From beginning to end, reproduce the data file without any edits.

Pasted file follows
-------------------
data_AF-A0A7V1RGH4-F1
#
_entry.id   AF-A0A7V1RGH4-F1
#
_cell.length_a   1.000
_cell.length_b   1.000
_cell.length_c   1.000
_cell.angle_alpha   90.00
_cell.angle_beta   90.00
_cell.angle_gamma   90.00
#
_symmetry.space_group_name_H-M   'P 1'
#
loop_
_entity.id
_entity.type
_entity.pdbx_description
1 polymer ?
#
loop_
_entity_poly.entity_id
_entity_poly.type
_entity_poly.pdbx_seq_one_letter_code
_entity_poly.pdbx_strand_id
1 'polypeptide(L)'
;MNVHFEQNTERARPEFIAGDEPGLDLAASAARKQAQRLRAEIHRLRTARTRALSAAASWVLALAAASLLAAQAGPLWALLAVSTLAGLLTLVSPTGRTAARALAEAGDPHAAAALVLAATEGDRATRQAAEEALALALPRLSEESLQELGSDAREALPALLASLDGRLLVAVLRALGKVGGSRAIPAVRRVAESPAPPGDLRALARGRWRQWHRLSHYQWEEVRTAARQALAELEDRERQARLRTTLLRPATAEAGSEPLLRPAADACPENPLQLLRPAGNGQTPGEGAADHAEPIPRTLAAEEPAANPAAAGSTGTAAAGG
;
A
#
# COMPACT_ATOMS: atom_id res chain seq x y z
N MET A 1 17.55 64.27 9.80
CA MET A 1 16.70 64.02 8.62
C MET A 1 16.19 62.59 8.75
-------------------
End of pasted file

data_AF-A0A7V1RGH4-F1
#
_entry.id   AF-A0A7V1RGH4-F1
#
_cell.length_a   1.000
_cell.length_b   1.000
_cell.length_c   1.000
_cell.angle_alpha   90.00
_cell.angle_beta   90.00
_cell.angle_gamma   90.00
#
_symmetry.space_group_name_H-M   'P 1'
#
loop_
_entity.id
_entity.type
_entity.pdbx_description
1 polymer ?
#
loop_
_entity_poly.entity_id
_entity_poly.type
_entity_poly.pdbx_seq_one_letter_code
_entity_poly.pdbx_strand_id
1 'polypeptide(L)'
;MNVHFEQNTERARPEFIAGDEPGLDLAASAARKQAQRLRAEIHRLRTARTRALSAAASWVLALAAASLLAAQAGPLWALLAVSTLAGLLTLVSPTGRTAARALAEAGDPHAAAALVLAATEGDRATRQAAEEALALALPRLSEESLQELGSDAREALPALLASLDGRLLVAVLRALGKVGGSRAIPAVRRVAESPAPPGDLRALARGRWRQWHRLSHYQWEEVRTAARQALAELEDRERQARLRTTLLRPATAEAGSEPLLRPAADACPENPLQLLRPAGNGQTPGEGAADHAEPIPRTLAAEEPAANPAAAGSTGTAAAGG
;
A
#
# COMPACT_ATOMS: atom_id res chain seq x y z
N MET A 1 17.55 64.27 9.80
CA MET A 1 16.70 64.02 8.62
C MET A 1 16.19 62.59 8.75